Publications by authors named "John J Marini"

184 Publications

Role of total lung stress on the progression of early COVID-19 pneumonia.

Intensive Care Med 2021 Sep 16. Epub 2021 Sep 16.

Department of Anesthesiology, Medical University of Göttingen, University Medical Center Göttingen, Robert Koch Straße 40, 37075, Göttingen, Germany.

Purpose: We investigated if the stress applied to the lung during non-invasive respiratory support may contribute to the coronavirus disease 2019 (COVID-19) progression.

Methods: Single-center, prospective, cohort study of 140 consecutive COVID-19 pneumonia patients treated in high-dependency unit with continuous positive airway pressure (n = 131) or non-invasive ventilation (n = 9). We measured quantitative lung computed tomography, esophageal pressure swings and total lung stress.

Results: Patients were divided in five subgroups based on their baseline PaO/FiO (day 1): non-CARDS (median PaO/FiO 361 mmHg, IQR [323-379]), mild (224 mmHg [211-249]), mild-moderate (173 mmHg [164-185]), moderate-severe (126 mmHg [114-138]) and severe (88 mmHg [86-99], p < 0.001). Each subgroup had similar median lung weight: 1215 g [1083-1294], 1153 [888-1321], 968 [858-1253], 1060 [869-1269], and 1127 [937-1193] (p = 0.37). They also had similar non-aerated tissue fraction: 10.4% [5.9-13.7], 9.6 [7.1-15.8], 9.4 [5.8-16.7], 8.4 [6.7-12.3] and 9.4 [5.9-13.8], respectively (p = 0.85). Treatment failure of CPAP/NIV occurred in 34 patients (24.3%). Only three variables, at day one, distinguished patients with negative outcome: PaO/FiO ratio (OR 0.99 [0.98-0.99], p = 0.02), esophageal pressure swing (OR 1.13 [1.01-1.27], p = 0.032) and total stress (OR 1.17 [1.06-1.31], p = 0.004). When these three variables were evaluated together in a multivariate logistic regression analysis, only the total stress was independently associated with negative outcome (OR 1.16 [1.01-1.33], p = 0.032).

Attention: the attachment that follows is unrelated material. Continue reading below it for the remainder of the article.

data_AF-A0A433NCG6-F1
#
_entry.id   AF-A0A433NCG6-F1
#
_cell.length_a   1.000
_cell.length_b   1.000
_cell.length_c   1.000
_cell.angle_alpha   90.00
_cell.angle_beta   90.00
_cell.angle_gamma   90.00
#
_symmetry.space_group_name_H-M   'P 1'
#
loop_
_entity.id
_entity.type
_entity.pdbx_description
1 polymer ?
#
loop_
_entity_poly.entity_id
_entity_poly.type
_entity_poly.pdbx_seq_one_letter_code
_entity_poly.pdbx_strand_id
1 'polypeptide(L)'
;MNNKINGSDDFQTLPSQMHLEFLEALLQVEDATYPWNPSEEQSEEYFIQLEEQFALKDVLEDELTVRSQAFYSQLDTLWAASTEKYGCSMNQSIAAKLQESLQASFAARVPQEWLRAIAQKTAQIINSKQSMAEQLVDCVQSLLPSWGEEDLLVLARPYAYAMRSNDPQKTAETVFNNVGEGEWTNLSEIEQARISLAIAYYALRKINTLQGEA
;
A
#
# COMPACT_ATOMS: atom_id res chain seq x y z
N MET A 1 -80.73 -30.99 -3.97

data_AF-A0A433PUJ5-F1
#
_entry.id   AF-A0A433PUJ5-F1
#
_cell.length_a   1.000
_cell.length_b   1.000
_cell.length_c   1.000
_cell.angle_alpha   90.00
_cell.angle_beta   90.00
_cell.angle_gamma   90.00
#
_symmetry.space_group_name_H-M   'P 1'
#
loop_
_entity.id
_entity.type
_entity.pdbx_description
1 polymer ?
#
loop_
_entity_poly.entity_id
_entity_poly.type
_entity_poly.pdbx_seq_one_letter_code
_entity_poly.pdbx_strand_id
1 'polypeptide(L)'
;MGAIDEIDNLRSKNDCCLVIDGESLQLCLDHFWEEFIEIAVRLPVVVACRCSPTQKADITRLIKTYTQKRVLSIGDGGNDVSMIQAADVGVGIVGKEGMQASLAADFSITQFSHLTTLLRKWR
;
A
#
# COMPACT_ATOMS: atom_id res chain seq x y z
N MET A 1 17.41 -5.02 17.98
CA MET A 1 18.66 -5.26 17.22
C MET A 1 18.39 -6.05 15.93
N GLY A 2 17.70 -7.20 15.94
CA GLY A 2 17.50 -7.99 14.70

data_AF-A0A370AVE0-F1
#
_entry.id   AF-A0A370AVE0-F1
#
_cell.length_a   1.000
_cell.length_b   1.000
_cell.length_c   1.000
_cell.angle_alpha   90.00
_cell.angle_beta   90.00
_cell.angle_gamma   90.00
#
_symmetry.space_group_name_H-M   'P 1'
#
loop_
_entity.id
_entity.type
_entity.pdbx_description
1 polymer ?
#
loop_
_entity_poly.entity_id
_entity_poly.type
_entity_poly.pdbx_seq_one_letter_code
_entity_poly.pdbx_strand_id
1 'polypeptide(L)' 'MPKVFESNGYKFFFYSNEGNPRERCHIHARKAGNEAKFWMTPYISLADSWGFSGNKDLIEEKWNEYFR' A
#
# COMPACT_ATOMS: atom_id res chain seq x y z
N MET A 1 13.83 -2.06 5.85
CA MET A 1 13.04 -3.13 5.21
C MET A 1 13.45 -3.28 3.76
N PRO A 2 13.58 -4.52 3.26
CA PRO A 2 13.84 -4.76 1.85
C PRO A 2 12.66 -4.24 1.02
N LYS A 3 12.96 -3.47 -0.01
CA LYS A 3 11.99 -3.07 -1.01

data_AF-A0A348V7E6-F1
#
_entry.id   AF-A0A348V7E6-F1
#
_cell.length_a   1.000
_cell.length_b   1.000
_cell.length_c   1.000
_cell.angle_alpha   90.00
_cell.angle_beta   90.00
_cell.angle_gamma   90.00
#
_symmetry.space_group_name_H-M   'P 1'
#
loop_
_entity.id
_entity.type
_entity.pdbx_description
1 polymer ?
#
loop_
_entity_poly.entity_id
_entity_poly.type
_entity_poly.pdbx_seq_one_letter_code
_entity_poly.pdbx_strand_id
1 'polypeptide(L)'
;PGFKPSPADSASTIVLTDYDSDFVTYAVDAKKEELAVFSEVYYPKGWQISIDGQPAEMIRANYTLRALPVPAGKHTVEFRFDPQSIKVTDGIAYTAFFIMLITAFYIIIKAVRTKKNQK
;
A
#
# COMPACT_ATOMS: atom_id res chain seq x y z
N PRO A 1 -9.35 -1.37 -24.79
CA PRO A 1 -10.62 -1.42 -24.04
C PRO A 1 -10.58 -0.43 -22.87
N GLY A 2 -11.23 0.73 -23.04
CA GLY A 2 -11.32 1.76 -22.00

Conclusions: In early COVID-19 pneumonia, hypoxemia is not linked to computed tomography (CT) pathoanatomy, differently from typical ARDS. High lung stress was independently associated with the failure of non-invasive respiratory support.
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http://dx.doi.org/10.1007/s00134-021-06519-7DOI Listing
http://www.ncbi.nlm.nih.gov/pmc/articles/PMC8444534PMC
September 2021

The impact of fluid status and decremental PEEP strategy on cardiac function and lung and kidney damage in mild-moderate experimental acute respiratory distress syndrome.

Respir Res 2021 Jul 30;22(1):214. Epub 2021 Jul 30.

Laboratory of Pulmonary Investigation, Carlos Chagas Filho Institute of Biophysics, Federal University of Rio de Janeiro, Rio de Janeiro, Brazil.

Background: We evaluated the effects of abrupt versus gradual PEEP decrease, combined with standard versus high-volume fluid administration, on cardiac function, as well as lung and kidney damage in an established model of mild-moderate acute respiratory distress syndrome (ARDS).

Methods: Wistar rats received endotoxin intratracheally. After 24 h, they were treated with Ringer's lactate at standard (10 mL/kg/h) or high (30 mL/kg/h) dose. For 30 min, all animals were mechanically ventilated with tidal volume = 6 mL/kg and PEEP = 9 cmHO (to keep alveoli open), then randomized to undergo abrupt or gradual (0.2 cmHO/min for 30 min) PEEP decrease from 9 to 3 cmHO. Animals were then further ventilated for 10 min at PEEP = 3 cmHO, euthanized, and their lungs and kidneys removed for molecular biology analysis.

Results: At the end of the experiment, left and right ventricular end-diastolic areas were greater in animals treated with high compared to standard fluid administration, regardless of PEEP decrease rate. However, pulmonary arterial pressure, indicated by the pulmonary acceleration time (PAT)/pulmonary ejection time (PET) ratio, was higher in abrupt compared to gradual PEEP decrease, independent of fluid status. Animals treated with high fluids and abrupt PEEP decrease exhibited greater diffuse alveolar damage and higher expression of interleukin-6 (a pro-inflammatory marker) and vascular endothelial growth factor (a marker of endothelial cell damage) compared to the other groups. The combination of standard fluid administration and gradual PEEP decrease increased zonula occludens-1 expression, suggesting epithelial cell preservation. Expression of club cell-16 protein, an alveolar epithelial cell damage marker, was higher in abrupt compared to gradual PEEP decrease groups, regardless of fluid status. Acute kidney injury score and gene expression of kidney injury molecule-1 were higher in the high versus standard fluid administration groups, regardless of PEEP decrease rate.